grep`, is a text search for the given keyword, `
Let’s Dig Into Python 2
Everything looks good in our `
/usr/bin` file location, with Python 2 pointing at a Python 2.7 executable. Python versions and pip executables are so confusing.
Let’s do some coding in Python to see if we can’t recreate this error.
root@b069bb76b513:/# python2 Python 2.7.17 (default, Nov 7 2019, 10:07:09) [GCC 7.4.0] on linux2 Type "help", "copyright", "credits" or "license" for more information. >>> import boto3 Traceback (most recent call last): File "<stdin>", line 1, in <module> ImportError: No module named boto3
So according to Python2, aka Python 2.7.17, boto3 has not been installed! I’ve already installed with both pip and pip3, so what’s going on?
What happens if I try to run the python2 version of pip?
root@b069bb76b513:/# python2-pip bash: python2-pip: command not found
That’s not correct.
Which pip am I using again?
root@b069bb76b513:/# which pip /usr/bin/pip
Huh. That’s not necessarily python2. Let’s look in our `
/usr/bin/` location again, but this time, let’s look at what pip executables we can work with.
root@b069bb76b513:/# ll /usr/bin | grep 'pip' -rwxr-xr-x 1 root root 292 Apr 3 2019 pip* -rwxr-xr-x 1 root root 292 Apr 3 2019 pip2* -rwxr-xr-x 1 root root 293 Apr 3 2019 pip3*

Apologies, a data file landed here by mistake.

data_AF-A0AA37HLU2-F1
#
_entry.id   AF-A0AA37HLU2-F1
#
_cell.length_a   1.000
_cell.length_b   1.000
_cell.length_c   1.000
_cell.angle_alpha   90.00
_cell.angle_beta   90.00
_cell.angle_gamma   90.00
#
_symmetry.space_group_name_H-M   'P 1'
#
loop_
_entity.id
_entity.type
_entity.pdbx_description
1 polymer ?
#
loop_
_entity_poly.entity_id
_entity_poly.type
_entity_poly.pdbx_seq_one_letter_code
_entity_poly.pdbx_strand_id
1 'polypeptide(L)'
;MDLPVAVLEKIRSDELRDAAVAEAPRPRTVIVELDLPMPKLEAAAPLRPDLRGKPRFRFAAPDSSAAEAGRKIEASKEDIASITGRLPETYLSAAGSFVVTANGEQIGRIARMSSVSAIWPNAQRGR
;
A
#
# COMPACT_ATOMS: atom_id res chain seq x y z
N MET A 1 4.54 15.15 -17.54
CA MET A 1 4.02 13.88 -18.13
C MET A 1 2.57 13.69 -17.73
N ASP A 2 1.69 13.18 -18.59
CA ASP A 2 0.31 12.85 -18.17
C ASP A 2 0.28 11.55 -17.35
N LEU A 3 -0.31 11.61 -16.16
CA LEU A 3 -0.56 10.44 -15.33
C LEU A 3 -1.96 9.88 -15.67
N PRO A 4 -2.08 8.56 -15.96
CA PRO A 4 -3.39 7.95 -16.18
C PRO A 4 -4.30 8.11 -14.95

I see a `
pip2*` executable that I haven’t been using.
So I attempt to download some boto software with pip2!
root@b069bb76b513:/# pip2 install boto3 Collecting boto3 ... Successfully installed boto3-1.12.39
And now to test whether Python 2 recognizes this install by running a Python 2 shell.
root@b069bb76b513:/# python2 Python 2.7.17 (default, Nov 7 2019, 10:07:09) [GCC 7.4.0] on linux2 Type "help", "copyright", "credits" or "license" for more information. >>> import boto3 >>>
No failures, no “module not found”, we are good to go!
The solution was to create another pip install step, but with pip2 as the executable so that Python 2 would have this software available, in my Docker image.
- name: install pip2 dependencies become: yes pip: name: ['boto3', 'botocore'] executable: /usr/bin/pip2
Another part of the solution was to also install `
botocore`, not just `
boto3`, but that shows the importance of reading error messages carefully. You can see the added code here!
Once I figured this out, I got a totally new error but that’s how life goes.
I hope this post walking through different Python Language and Installation versions has clarified where Python interpreters and Pip Executables typically live. If you know where they live, what they point to, you can test them and recreate installation errors!
I hope this post exemplifies the kind of work that you can expect as you dive deeper on the engineering side of data. Thanks for reading!
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About the Author and Newsletter
I automate data processes. I work mostly in Python, SQL, and bash. For more about my freelance work, check out ocelotdata.com.
At Modern Data Infrastructure, I democratize the knowledge it takes to understand an open-source, transparent, and reproducible Data Infrastructure. In my spare time, I collect Lenca pottery, walk my dog, and listen to music.
More at; What is Modern Data Infrastructure.